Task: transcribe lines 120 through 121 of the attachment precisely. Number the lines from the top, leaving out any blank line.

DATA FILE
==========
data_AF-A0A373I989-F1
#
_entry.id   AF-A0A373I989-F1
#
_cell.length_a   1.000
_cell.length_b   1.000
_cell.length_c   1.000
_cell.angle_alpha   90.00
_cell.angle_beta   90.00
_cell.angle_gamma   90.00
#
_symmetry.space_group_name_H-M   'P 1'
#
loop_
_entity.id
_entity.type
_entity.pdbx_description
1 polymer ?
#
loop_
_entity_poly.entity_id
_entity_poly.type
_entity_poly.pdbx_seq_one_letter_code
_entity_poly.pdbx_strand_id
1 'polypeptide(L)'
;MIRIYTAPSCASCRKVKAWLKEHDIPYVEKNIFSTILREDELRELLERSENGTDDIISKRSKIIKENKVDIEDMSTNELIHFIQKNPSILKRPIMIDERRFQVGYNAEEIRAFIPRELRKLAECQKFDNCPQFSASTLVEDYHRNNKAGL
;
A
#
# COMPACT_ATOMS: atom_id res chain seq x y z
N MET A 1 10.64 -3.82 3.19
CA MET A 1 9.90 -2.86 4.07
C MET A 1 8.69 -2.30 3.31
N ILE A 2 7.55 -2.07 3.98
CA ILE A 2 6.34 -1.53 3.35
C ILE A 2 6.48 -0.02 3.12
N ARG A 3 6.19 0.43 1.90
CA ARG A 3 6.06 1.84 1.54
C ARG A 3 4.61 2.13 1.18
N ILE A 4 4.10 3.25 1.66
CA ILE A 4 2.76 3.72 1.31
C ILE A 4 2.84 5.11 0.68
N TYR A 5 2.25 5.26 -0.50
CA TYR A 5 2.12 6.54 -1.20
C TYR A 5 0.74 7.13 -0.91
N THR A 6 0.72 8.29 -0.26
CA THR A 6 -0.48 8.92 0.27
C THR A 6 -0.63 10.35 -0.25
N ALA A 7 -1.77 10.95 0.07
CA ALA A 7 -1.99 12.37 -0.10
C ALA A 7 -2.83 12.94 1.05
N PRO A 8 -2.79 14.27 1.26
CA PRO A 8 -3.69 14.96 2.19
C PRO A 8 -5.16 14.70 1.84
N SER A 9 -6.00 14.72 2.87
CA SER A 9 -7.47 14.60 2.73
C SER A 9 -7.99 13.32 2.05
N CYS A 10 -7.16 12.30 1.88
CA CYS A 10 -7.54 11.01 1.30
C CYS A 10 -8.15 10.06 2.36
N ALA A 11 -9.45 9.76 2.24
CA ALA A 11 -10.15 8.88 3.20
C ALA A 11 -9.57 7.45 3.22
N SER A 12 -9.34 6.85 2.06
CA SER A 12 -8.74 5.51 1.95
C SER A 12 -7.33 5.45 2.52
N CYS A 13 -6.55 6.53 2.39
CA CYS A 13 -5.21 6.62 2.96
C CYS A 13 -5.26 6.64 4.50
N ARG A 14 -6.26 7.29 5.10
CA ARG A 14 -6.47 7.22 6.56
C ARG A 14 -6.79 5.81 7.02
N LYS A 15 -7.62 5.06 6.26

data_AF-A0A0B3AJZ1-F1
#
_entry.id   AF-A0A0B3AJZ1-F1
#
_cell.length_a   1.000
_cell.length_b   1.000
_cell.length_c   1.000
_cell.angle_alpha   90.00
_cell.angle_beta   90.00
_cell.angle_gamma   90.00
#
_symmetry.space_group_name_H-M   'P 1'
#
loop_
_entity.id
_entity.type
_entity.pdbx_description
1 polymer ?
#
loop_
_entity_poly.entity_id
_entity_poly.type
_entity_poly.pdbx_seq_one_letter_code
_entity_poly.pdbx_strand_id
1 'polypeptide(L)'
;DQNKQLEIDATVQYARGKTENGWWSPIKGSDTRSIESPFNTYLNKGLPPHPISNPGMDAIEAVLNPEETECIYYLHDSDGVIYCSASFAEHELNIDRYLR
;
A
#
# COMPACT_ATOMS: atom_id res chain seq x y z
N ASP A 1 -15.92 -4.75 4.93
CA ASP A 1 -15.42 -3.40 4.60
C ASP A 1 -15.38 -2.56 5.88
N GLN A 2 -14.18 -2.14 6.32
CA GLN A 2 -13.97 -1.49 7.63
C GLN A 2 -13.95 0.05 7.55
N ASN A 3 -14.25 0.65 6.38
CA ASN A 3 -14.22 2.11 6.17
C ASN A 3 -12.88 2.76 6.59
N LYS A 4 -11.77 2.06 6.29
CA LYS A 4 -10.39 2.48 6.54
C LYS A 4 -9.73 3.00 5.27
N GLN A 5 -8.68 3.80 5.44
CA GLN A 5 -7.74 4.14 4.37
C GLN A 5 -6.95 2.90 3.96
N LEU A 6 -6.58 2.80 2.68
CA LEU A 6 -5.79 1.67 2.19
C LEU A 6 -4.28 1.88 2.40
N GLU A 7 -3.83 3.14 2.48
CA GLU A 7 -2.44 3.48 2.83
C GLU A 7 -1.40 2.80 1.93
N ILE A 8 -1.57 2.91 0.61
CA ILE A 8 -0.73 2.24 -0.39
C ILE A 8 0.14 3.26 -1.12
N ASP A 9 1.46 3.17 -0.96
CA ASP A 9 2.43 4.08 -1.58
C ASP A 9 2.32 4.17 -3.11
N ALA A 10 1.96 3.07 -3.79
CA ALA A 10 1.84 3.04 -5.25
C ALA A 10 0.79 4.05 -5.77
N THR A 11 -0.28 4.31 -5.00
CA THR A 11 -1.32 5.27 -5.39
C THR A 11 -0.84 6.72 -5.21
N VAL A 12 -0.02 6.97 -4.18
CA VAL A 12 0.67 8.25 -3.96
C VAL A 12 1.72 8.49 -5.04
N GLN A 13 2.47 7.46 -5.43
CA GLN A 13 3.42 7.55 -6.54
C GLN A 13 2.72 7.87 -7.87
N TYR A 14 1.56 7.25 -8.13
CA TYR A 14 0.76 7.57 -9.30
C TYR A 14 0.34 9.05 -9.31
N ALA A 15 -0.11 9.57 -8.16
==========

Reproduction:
CA LEU A 6 -5.79 1.67 2.19
C LEU A 6 -4.28 1.88 2.40